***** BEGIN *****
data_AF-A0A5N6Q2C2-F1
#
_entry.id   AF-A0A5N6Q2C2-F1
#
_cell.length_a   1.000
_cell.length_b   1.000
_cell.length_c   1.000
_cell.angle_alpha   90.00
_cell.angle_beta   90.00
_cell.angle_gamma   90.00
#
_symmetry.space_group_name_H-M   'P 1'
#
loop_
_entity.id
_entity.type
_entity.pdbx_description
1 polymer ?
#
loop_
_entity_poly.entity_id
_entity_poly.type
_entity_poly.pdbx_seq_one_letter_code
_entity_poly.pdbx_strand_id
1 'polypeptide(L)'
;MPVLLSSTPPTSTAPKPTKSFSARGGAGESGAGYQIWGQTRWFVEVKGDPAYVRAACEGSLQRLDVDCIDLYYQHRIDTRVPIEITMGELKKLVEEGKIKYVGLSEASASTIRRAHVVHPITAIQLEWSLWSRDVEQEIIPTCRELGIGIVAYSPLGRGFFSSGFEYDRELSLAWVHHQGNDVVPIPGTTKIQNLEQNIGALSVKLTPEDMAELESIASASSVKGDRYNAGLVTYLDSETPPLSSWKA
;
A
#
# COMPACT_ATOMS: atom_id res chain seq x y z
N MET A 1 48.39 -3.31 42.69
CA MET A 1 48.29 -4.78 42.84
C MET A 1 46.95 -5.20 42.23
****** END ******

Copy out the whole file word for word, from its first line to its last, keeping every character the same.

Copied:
data_AF-A0A5N6Q2C2-F1
#
_entry.id   AF-A0A5N6Q2C2-F1
#
_cell.length_a   1.000
_cell.length_b   1.000
_cell.length_c   1.000
_cell.angle_alpha   90.00
_cell.angle_beta   90.00
_cell.angle_gamma   90.00
#
_symmetry.space_group_name_H-M   'P 1'
#
loop_
_entity.id
_entity.type
_entity.pdbx_description
1 polymer ?
#
loop_
_entity_poly.entity_id
_entity_poly.type
_entity_poly.pdbx_seq_one_letter_code
_entity_poly.pdbx_strand_id
1 'polypeptide(L)'
;MPVLLSSTPPTSTAPKPTKSFSARGGAGESGAGYQIWGQTRWFVEVKGDPAYVRAACEGSLQRLDVDCIDLYYQHRIDTRVPIEITMGELKKLVEEGKIKYVGLSEASASTIRRAHVVHPITAIQLEWSLWSRDVEQEIIPTCRELGIGIVAYSPLGRGFFSSGFEYDRELSLAWVHHQGNDVVPIPGTTKIQNLEQNIGALSVKLTPEDMAELESIASASSVKGDRYNAGLVTYLDSETPPLSSWKA
;
A
#
# COMPACT_ATOMS: atom_id res chain seq x y z
N MET A 1 48.39 -3.31 42.69
CA MET A 1 48.29 -4.78 42.84
C MET A 1 46.95 -5.20 42.23